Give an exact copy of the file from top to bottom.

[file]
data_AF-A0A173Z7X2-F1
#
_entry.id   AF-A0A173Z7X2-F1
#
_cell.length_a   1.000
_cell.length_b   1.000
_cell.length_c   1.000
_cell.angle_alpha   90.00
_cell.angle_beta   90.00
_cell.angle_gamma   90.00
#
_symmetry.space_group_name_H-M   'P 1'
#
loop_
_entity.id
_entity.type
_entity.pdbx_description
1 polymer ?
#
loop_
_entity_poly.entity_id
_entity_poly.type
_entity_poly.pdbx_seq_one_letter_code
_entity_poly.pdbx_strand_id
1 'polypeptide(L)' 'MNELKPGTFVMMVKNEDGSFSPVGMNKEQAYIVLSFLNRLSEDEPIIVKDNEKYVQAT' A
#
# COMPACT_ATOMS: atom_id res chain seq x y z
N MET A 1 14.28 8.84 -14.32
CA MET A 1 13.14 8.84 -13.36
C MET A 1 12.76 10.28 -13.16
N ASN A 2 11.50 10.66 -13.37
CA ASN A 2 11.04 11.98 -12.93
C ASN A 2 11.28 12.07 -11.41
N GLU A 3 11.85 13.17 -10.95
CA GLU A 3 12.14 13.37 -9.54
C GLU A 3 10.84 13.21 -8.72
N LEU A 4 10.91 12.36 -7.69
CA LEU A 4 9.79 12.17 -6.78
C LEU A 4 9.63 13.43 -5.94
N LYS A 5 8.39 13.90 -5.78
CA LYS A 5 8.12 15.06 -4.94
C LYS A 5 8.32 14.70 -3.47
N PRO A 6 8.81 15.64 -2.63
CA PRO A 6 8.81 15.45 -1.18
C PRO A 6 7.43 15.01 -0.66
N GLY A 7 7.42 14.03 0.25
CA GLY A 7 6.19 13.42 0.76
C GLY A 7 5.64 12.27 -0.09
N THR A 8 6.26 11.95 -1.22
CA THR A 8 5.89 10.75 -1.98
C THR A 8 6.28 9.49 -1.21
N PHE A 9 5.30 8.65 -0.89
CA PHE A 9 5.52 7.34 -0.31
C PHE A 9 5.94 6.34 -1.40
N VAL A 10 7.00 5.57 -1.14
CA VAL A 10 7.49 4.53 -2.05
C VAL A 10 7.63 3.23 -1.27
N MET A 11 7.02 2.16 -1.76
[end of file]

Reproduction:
data_AF-A0A173Z7X2-F1
#
_entry.id   AF-A0A173Z7X2-F1
#
_cell.length_a   1.000
_cell.length_b   1.000
_cell.length_c   1.000
_cell.angle_alpha   90.00
_cell.angle_beta   90.00
_cell.angle_gamma   90.00
#
_symmetry.space_group_name_H-M   'P 1'
#
loop_
_entity.id
_entity.type
_entity.pdbx_description
1 polymer ?
#
loop_
_entity_poly.entity_id
_entity_poly.type
_entity_poly.pdbx_seq_one_letter_code
_entity_poly.pdbx_strand_id
1 'polypeptide(L)' 'MNELKPGTFVMMVKNEDGSFSPVGMNKEQAYIVLSFLNRLSEDEPIIVKDNEKYVQAT' A
#
# COMPACT_ATOMS: atom_id res chain seq x y z
N MET A 1 14.28 8.84 -14.32
CA MET A 1 13.14 8.84 -13.36
C MET A 1 12.76 10.28 -13.16
N ASN A 2 11.50 10.66 -13.37
CA ASN A 2 11.04 11.98 -12.93
C ASN A 2 11.28 12.07 -11.41
N GLU A 3 11.85 13.17 -10.95
CA GLU A 3 12.14 13.37 -9.54
C GLU A 3 10.84 13.21 -8.72
N LEU A 4 10.91 12.36 -7.69
CA LEU A 4 9.79 12.17 -6.78
C LEU A 4 9.63 13.43 -5.94
N LYS A 5 8.39 13.90 -5.78
CA LYS A 5 8.12 15.06 -4.94
C LYS A 5 8.32 14.70 -3.47
N PRO A 6 8.81 15.64 -2.63
CA PRO A 6 8.81 15.45 -1.18
C PRO A 6 7.43 15.01 -0.66
N GLY A 7 7.42 14.03 0.25
CA GLY A 7 6.19 13.42 0.76
C GLY A 7 5.64 12.27 -0.09
N THR A 8 6.26 11.95 -1.22
CA THR A 8 5.89 10.75 -1.98
C THR A 8 6.28 9.49 -1.21
N PHE A 9 5.30 8.65 -0.89
CA PHE A 9 5.52 7.34 -0.31
C PHE A 9 5.94 6.34 -1.40
N VAL A 10 7.00 5.57 -1.14
CA VAL A 10 7.49 4.53 -2.05
C VAL A 10 7.63 3.23 -1.27
N MET A 11 7.02 2.16 -1.76